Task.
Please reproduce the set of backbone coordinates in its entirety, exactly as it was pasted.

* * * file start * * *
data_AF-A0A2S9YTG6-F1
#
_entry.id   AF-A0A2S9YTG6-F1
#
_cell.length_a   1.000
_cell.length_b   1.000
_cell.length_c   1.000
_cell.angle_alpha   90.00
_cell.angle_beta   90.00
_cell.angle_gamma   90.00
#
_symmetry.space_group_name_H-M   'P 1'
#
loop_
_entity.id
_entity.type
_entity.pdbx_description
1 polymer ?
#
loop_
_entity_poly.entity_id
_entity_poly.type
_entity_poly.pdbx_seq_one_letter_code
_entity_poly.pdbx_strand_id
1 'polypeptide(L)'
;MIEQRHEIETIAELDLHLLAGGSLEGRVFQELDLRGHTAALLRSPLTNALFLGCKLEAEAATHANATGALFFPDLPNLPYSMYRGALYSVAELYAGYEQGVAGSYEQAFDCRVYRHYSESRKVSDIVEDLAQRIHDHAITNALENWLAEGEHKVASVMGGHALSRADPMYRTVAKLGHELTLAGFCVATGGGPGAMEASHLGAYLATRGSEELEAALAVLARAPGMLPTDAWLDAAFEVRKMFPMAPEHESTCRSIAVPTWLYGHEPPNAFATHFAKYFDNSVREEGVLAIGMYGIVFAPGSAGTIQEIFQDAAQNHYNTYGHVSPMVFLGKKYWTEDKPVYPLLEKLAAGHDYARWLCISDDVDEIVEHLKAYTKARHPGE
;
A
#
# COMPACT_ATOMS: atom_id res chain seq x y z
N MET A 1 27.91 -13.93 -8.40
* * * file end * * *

data_AF-A0A2S9YTG6-F1
#
_entry.id   AF-A0A2S9YTG6-F1
#
_cell.length_a   1.000
_cell.length_b   1.000
_cell.length_c   1.000
_cell.angle_alpha   90.00
_cell.angle_beta   90.00
_cell.angle_gamma   90.00
#
_symmetry.space_group_name_H-M   'P 1'
#
loop_
_entity.id
_entity.type
_entity.pdbx_description
1 polymer ?
#
loop_
_entity_poly.entity_id
_entity_poly.type
_entity_poly.pdbx_seq_one_letter_code
_entity_poly.pdbx_strand_id
1 'polypeptide(L)'
;MIEQRHEIETIAELDLHLLAGGSLEGRVFQELDLRGHTAALLRSPLTNALFLGCKLEAEAATHANATGALFFPDLPNLPYSMYRGALYSVAELYAGYEQGVAGSYEQAFDCRVYRHYSESRKVSDIVEDLAQRIHDHAITNALENWLAEGEHKVASVMGGHALSRADPMYRTVAKLGHELTLAGFCVATGGGPGAMEASHLGAYLATRGSEELEAALAVLARAPGMLPTDAWLDAAFEVRKMFPMAPEHESTCRSIAVPTWLYGHEPPNAFATHFAKYFDNSVREEGVLAIGMYGIVFAPGSAGTIQEIFQDAAQNHYNTYGHVSPMVFLGKKYWTEDKPVYPLLEKLAAGHDYARWLCISDDVDEIVEHLKAYTKARHPGE
;
A
#
# COMPACT_ATOMS: atom_id res chain seq x y z
N MET A 1 27.91 -13.93 -8.40